Bio Art is an art practice where humans work with live tissues, bacteria, living organisms, and life processes. Using scientific processes such as biotechnology (including technologies such as genetic engineering, tissue culture, and cloning) the artworks are produced in laboratories, galleries, or artists’ studios.  In this studio course we will explore shared and new territory between synthetic biology, art and design.  Students will gain a basic background in the tools and techniques of bio art and design including biomimicry and synthetic biology through hands on experiments, research into the work of other artists and designers in the field, cross-disciplinary collaboration and individual and group project development.  

ARTS 389/429/529: Open Source/Open Culture
Andrea Polli
Open Source/Open Culture examines contemporary open source, free software and DIY movements through hands-on projects and/or theoretical research. This class is connected with the university-wide Open Source Learning Community (OSLC) sponsored by the Office of Support for Effective Teaching.  Open source describes practices in production and development that promote access to the end product’s source materials. Some consider open source a philosophy, others consider it a pragmatic methodology. The open source model includes the concept of concurrent yet different agendas and differing approaches in production, in contrast with more centralized models of development such as those typically used in producing commercial software.  A main principle and practice of open source software development is peer production by bartering and collaboration, with the end-product, source-material, “blueprints” and documentation available at no cost to the public. This is applied in various fields of endeavor, from computing to design to biotechnology. (wikipedia)

ARTS/ARTH 389/429/529: International Art Practicum: ISEA2012: Machine Wilderness
Andrea Polli
Through this practicum course, students will participate in and engage with the 18th International Symposium for the Electronic Arts [ISEA2012]: Machine Wilderness [www.isea2012.org]. This symposium will bring over 500 local, national and international professional artists to exhibit and present their work. This course is taught by the symposium’s Artistic Director, and students will have the opportunity to gain first-hand knowledge directly from the symposium organizers and artists, participate in workshops and conference sessions, and respond to the contemporary trends represented in the symposium through writing, media and other art production. (could be tailored to other exhibitions and symposia – i.e. Scavengers and Predators in Fall 2014)

ARTS 389/429/529: CO-EVOLUTION: Art + Biology in the Museum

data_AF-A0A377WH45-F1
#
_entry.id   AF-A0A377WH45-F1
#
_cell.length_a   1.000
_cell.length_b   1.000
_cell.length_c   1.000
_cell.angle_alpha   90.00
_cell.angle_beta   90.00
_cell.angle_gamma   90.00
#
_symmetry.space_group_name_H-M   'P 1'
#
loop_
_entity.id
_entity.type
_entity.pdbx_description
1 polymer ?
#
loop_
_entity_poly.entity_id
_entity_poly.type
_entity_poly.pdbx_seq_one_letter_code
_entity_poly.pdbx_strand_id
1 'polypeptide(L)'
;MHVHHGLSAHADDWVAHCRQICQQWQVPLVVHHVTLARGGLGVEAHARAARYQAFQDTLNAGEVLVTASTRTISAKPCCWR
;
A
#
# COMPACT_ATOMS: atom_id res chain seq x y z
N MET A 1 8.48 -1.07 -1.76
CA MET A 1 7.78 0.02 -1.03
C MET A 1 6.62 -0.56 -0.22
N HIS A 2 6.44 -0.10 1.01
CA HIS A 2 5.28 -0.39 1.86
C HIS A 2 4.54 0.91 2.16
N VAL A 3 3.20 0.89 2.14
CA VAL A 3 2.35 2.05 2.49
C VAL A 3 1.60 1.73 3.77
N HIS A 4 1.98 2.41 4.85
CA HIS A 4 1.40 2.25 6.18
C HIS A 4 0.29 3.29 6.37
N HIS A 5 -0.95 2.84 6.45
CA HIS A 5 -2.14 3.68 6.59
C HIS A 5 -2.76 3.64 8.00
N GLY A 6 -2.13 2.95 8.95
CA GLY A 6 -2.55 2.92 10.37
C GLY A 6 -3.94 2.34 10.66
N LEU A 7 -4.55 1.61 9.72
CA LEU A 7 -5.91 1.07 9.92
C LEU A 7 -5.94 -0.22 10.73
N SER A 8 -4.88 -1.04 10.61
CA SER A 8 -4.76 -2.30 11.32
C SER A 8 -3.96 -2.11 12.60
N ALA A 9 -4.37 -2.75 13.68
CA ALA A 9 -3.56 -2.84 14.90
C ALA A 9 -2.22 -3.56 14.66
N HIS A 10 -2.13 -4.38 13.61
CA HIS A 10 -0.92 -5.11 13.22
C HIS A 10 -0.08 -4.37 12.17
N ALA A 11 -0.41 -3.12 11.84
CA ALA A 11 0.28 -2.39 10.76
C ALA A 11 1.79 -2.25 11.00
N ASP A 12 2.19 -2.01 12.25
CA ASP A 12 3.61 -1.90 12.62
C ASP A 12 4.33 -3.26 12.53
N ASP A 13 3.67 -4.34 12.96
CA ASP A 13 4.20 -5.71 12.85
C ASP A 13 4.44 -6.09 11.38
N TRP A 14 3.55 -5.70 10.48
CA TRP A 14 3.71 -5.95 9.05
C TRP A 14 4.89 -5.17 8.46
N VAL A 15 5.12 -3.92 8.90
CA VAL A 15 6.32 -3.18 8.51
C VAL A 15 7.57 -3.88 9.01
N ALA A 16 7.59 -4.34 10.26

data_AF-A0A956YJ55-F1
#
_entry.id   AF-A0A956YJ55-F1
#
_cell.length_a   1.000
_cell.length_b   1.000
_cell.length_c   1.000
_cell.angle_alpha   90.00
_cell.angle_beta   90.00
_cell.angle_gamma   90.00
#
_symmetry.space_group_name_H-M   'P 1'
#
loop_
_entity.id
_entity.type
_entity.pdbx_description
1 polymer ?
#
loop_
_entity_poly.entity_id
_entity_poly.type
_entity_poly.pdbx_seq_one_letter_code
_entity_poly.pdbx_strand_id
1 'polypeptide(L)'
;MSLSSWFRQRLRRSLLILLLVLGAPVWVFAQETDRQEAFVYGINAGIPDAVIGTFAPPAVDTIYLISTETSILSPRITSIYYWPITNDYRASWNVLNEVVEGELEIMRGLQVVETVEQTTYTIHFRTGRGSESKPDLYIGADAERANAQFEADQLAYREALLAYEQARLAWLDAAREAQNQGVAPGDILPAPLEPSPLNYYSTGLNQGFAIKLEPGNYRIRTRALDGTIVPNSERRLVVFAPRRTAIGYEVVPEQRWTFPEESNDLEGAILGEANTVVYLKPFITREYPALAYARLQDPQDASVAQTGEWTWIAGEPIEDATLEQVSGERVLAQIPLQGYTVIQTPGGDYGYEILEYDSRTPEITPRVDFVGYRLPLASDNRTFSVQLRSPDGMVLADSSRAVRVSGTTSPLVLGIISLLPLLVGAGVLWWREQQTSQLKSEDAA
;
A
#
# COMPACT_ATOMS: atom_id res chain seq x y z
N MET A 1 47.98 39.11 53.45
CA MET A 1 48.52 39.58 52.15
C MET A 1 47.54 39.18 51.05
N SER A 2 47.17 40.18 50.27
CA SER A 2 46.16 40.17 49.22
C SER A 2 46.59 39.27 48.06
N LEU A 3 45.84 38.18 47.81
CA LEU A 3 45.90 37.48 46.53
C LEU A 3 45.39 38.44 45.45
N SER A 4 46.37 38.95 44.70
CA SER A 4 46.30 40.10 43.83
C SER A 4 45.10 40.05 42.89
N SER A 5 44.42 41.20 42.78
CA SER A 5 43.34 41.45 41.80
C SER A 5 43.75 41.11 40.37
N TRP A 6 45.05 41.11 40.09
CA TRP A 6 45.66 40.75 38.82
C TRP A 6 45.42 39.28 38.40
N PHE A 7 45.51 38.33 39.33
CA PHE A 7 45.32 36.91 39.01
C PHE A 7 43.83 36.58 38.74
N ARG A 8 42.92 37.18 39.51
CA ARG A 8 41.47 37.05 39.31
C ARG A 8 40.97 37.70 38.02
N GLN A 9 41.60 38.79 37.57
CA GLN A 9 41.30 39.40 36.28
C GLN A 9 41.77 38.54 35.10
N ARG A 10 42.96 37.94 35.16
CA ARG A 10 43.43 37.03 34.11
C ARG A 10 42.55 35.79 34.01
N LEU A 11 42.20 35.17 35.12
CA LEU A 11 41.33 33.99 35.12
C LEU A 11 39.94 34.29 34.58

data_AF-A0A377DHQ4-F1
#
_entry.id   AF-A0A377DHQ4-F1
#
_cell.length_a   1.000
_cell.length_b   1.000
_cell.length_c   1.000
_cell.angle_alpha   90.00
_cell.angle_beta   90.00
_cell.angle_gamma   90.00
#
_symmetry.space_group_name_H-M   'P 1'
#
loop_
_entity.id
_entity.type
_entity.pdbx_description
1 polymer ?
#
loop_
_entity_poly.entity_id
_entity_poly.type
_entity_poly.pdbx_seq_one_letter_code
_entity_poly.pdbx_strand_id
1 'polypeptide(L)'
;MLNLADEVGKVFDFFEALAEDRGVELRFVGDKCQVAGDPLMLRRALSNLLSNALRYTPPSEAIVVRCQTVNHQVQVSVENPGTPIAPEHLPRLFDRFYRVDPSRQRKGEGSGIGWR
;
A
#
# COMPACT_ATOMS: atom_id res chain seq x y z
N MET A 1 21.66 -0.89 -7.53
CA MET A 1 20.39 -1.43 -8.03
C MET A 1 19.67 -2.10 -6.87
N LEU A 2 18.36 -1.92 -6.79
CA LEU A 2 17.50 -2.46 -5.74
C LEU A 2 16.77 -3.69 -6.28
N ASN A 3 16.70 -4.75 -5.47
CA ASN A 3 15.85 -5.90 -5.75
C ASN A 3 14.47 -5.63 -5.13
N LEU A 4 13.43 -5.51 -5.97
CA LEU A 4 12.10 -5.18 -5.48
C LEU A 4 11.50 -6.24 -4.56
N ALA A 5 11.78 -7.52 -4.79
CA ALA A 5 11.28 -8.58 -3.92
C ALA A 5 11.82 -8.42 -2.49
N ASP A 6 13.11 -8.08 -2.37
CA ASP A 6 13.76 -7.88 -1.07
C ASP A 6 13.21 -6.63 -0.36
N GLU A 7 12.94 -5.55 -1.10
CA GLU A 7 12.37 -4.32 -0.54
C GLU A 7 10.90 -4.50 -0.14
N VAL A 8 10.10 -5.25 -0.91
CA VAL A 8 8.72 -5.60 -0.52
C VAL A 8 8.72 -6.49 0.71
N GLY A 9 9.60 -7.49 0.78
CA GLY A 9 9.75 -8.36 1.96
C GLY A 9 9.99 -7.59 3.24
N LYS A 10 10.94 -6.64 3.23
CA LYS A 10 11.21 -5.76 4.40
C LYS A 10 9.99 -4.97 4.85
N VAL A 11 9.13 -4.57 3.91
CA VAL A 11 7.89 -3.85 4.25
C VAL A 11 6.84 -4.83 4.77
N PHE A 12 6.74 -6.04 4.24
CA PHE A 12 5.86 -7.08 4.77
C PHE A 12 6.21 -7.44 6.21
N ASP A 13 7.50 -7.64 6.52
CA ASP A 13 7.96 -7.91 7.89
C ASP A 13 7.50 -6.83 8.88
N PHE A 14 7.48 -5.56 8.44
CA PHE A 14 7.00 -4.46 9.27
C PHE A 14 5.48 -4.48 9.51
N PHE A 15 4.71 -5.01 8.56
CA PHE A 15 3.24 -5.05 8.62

Szu-Han Ho
Offered with ARTS 429/529.002 and UHON 402.004. As collaboration and communication between fields becomes increasingly prevalent within scientific research as well as artistic practice, there is a greater need for interdisciplinary exchange between biologists, artists, historians, and other researchers to share resources and methods for building collective knowledge. This course aims to bridge the gap between traditionally segregated disciplines, in order to foster the creativity, expansive thinking, and rigorous inquiry necessary to become future leaders in research and practice. “CO- EVOLUTION: Art + Biology in the Museum” consists of a 1-hour seminar each week and a series of three 2-day intensive workshops, to take place throughout the semester. Co-Instuctors Szu-Han Ho (UNM-Art) and Joseph Cook (UNM-Biology), along with a diverse set of guest lecturers including biologists, artists, musicians, designers, and programmers, will present a variety of perspectives in both the arts and sciences on the relationship of form to place. The seminar (Tues/12-12:50pm) will focus on the theme of “Morphology and Geographic Variation.” The workshops, to take place during three times throughout the semester (Fri-Sat/10am-4pm: February 24-25, March 30-31 & April 27-28), will be led by invited artists who are renowned in their field and working at the intersection of science and contemporary art. Students will have the opportunity to work with the Visiting Artists through hands-on workshops to explore various themes in relation to the collections at the Museum of Southwestern Biology, one of the foremost natural history collections in the country. This course is intended for UNM Honors students and advanced undergraduate or graduate students in Art Studio or Biology; instructor permission is required to enroll.

ARTS 429/529: Re-Mix Culture
Szu-Han Ho
In this course we will examine the concept of the remix as a framework for the understanding and production of contemporary culture. In music, the remix can shift a song from one context to another; in visual culture, the concept can be useful for exploring appropriation, collage, hybridity, and fragmentation, as these techniques apply to mass media, “high art,” and everything in between. This course is a joint project of Szu-Han Ho at UNM and Gabriela Durán Barraza at Universidad Autónoma de Ciudad Juárez (UACJ). Throughout the semester, students at UNM and UACJ will communicate and collaborate to produce two public performance events involving large-scale video projection: once in Ciudad Juárez and once in Albuquerque. This course involves required travel to Juárez from March 8-13, 2015.